When we’re new to recovery, connection to a community is crucial if we want to maintain sobriety. Listening to the experience strength and hope of others who have hit bottom and turned their life around is the tried and true method.
Not surprisingly, this vulnerability and sharing of personal history can lead a newcomer to developing feelings for someone else in recovery. You’ve both done the same things, you’ve both felt the same feelings, and now, you’re both on the same path to a better life. This kind of affection can develop early, often before treatment is complete.
But anyone in with long-term sobriety will tell you that early recovery is a time to focus on yourself; your own needs, your own health, your own peace of mind. Jumping into a relationship might feel good—like a natural and harmless high—but few things can jeopardize your early sobriety as much as a rehab romance.
Are Couples Rehabs Good?
Of course, not everyone is single when they’re ready to get sober. Seeking treatment is often intended to mend relationships — romantic or otherwise — that have been negatively impacted by our drinking and drugging. Sometimes couples, in which both partners are dealing with drug abuse and addiction, will try to enter treatment together. While certain addiction-related resources will advocate for couples getting sober together, there are many issues with this approach.
If a couple decides to enter rehabilitation at the same time it is beneficial to enter separate facilities. After all, everyone has their own unique struggles that need to be faced, even those in a relationship. Rachel Markus, LCSW-C, Clinical Director of Foundations Recovery Center of Maryland, said treating a couple in the same treatment center does not make sense for clinical reasons.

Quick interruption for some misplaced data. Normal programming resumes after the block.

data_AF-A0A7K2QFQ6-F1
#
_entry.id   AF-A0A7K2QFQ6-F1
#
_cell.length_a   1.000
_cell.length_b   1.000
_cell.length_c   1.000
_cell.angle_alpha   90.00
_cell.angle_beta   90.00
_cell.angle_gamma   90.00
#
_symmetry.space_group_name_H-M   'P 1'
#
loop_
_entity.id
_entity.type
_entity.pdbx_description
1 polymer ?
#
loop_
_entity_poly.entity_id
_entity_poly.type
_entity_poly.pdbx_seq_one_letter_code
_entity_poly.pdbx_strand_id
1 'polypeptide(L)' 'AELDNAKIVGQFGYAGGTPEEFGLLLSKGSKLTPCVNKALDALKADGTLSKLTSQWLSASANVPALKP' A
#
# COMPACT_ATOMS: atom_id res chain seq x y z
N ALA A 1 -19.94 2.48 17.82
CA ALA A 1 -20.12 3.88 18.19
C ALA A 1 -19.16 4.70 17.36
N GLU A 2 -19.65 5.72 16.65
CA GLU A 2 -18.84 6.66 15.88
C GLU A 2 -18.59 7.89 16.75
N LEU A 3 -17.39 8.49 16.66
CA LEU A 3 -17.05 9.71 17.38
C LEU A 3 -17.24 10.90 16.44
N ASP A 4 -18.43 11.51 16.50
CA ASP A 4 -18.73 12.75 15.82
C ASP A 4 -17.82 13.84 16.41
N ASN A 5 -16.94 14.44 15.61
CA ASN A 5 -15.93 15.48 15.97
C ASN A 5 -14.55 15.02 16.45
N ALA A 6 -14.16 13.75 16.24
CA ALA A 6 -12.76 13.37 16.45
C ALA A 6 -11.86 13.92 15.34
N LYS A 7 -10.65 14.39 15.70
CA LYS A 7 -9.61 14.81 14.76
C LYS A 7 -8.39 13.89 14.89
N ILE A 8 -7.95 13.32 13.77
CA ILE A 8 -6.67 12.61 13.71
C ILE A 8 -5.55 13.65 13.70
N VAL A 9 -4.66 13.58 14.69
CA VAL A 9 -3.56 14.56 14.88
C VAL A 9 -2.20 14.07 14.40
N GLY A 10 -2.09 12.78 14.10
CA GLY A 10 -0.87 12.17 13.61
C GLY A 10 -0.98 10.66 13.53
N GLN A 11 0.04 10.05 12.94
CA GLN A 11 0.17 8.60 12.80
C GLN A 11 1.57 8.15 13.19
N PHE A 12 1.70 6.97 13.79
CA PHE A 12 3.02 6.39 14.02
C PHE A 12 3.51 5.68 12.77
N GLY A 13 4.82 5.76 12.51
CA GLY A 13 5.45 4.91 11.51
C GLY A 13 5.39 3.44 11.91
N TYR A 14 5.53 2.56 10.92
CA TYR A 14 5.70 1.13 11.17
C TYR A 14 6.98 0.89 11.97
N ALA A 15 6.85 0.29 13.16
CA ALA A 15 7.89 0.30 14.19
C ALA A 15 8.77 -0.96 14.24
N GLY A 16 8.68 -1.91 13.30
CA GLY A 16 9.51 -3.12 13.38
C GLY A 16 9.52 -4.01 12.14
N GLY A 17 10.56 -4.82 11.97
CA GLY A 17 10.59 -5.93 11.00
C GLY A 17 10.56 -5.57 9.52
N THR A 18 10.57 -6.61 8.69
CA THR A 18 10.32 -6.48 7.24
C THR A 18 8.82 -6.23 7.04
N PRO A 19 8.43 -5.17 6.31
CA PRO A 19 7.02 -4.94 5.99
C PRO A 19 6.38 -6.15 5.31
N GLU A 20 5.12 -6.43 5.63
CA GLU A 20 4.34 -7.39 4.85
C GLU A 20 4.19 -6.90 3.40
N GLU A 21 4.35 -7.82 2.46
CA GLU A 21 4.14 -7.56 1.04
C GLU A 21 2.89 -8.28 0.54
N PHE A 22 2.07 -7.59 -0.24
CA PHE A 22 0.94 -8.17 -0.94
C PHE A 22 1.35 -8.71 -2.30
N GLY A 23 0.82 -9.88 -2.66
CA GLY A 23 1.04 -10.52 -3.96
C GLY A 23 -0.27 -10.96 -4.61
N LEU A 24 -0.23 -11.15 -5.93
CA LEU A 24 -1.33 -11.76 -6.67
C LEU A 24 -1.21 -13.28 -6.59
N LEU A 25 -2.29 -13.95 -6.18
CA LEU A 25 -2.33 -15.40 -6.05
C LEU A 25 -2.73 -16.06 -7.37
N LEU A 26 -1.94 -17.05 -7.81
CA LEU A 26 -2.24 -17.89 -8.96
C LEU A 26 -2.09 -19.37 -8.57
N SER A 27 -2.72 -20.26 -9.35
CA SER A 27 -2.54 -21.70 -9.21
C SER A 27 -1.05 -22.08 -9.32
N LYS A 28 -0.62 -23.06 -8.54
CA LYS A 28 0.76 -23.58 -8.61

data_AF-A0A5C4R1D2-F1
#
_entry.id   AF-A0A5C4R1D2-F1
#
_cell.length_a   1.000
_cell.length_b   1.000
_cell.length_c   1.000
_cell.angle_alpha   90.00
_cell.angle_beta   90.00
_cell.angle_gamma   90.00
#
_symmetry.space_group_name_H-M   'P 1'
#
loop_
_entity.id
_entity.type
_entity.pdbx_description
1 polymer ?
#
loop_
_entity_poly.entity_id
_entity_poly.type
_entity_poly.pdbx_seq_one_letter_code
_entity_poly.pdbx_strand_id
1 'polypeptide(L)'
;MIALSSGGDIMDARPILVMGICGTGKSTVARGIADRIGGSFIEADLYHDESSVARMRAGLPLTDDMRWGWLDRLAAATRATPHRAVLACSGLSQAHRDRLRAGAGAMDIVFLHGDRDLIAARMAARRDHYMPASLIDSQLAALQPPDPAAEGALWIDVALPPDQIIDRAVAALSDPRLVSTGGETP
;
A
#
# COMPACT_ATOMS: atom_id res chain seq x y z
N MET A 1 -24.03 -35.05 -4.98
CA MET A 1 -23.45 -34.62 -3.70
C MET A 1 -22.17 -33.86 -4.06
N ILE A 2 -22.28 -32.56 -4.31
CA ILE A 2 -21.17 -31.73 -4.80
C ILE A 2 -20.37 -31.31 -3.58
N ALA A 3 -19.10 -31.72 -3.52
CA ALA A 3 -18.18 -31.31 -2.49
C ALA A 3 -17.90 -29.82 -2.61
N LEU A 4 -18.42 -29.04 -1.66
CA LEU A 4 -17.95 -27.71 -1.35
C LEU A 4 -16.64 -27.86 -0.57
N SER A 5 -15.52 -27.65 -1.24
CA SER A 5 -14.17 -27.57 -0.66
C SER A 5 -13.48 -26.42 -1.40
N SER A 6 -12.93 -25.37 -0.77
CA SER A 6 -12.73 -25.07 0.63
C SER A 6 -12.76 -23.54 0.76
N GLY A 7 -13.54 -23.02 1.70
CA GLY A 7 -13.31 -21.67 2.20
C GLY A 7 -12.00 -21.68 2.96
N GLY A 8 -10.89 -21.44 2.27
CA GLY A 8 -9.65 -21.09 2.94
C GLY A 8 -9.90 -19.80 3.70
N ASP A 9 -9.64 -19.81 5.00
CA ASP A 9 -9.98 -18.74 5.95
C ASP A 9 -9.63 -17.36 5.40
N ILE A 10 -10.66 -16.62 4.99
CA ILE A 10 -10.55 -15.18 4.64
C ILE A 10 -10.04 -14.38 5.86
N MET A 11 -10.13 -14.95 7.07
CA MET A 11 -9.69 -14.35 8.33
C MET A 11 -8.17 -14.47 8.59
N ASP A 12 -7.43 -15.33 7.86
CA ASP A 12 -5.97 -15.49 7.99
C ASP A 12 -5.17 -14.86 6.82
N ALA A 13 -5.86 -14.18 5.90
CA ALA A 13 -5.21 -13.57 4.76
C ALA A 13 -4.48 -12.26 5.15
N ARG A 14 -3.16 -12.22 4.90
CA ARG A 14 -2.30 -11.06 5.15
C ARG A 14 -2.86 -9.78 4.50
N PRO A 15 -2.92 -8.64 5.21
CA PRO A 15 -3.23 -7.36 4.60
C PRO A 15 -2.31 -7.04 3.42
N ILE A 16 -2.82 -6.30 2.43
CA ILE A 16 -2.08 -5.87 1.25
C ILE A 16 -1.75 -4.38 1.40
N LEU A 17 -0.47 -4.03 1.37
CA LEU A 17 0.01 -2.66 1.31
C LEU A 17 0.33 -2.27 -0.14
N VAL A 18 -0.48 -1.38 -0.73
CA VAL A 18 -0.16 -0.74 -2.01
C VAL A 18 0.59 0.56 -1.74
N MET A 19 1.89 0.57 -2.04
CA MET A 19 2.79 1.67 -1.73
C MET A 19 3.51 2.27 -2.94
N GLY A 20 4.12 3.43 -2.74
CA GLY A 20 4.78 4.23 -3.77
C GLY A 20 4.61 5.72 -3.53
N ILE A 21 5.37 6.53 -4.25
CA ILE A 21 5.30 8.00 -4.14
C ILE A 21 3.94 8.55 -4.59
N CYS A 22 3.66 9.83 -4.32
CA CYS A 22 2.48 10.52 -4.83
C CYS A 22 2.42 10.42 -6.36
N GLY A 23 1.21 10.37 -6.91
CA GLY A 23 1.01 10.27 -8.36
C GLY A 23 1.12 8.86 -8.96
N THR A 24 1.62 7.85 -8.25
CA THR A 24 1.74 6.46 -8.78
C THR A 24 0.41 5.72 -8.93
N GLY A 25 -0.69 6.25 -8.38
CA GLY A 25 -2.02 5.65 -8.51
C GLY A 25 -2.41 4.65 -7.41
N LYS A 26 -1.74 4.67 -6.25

“Treatment needs to be a safe place to share feelings openly and work through underlying issues related to addiction,” Markus said. “If one’s significant other is in the same program, this would not be conducive to creating a safe place for that to happen. Having a partner in the same center is likely going to be a huge distraction from a client staying focused on his or her own recovery and treatment process.”
Codependency in Early Recovery
Addiction manifests in a variety of ways, and it is not limited to substances. Sometimes we are addicted to relationships, a condition known as codependency. Codependent people exhibit similar symptoms to drinkers and drug users, looking for anything—or anyone—outside of themselves to validate themselves. This often means we are sacrificing our own needs to please others to our own detriment. By seeking treatment, we begin building strength and independence so that we can be present for our loved ones.